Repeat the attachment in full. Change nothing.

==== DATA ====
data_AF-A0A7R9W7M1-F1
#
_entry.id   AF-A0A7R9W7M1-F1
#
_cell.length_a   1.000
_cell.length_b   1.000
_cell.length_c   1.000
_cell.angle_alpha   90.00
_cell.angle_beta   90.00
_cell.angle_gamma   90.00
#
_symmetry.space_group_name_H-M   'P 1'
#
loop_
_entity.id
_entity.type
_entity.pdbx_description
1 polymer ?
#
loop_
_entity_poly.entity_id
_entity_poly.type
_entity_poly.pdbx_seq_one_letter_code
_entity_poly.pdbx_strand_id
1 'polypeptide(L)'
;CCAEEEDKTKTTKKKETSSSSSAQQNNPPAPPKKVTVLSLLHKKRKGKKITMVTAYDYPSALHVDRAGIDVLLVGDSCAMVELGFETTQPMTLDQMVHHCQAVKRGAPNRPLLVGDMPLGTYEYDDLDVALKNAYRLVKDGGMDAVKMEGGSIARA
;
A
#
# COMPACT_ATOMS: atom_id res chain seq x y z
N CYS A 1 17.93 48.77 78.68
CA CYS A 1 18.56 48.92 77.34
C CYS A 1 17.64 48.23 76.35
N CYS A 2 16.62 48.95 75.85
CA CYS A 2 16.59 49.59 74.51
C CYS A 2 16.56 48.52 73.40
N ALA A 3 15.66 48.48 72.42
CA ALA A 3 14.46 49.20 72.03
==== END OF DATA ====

data_AF-A0A7R9W7M1-F1
#
_entry.id   AF-A0A7R9W7M1-F1
#
_cell.length_a   1.000
_cell.length_b   1.000
_cell.length_c   1.000
_cell.angle_alpha   90.00
_cell.angle_beta   90.00
_cell.angle_gamma   90.00
#
_symmetry.space_group_name_H-M   'P 1'
#
loop_
_entity.id
_entity.type
_entity.pdbx_description
1 polymer ?
#
loop_
_entity_poly.entity_id
_entity_poly.type
_entity_poly.pdbx_seq_one_letter_code
_entity_poly.pdbx_strand_id
1 'polypeptide(L)'
;CCAEEEDKTKTTKKKETSSSSSAQQNNPPAPPKKVTVLSLLHKKRKGKKITMVTAYDYPSALHVDRAGIDVLLVGDSCAMVELGFETTQPMTLDQMVHHCQAVKRGAPNRPLLVGDMPLGTYEYDDLDVALKNAYRLVKDGGMDAVKMEGGSIARA
;
A
#
# COMPACT_ATOMS: atom_id res chain seq x y z
N CYS A 1 17.93 48.77 78.68
CA CYS A 1 18.56 48.92 77.34
C CYS A 1 17.64 48.23 76.35
N CYS A 2 16.62 48.95 75.85
CA CYS A 2 16.59 49.59 74.51
C CYS A 2 16.56 48.52 73.40
N ALA A 3 15.66 48.48 72.42
CA ALA A 3 14.46 49.20 72.03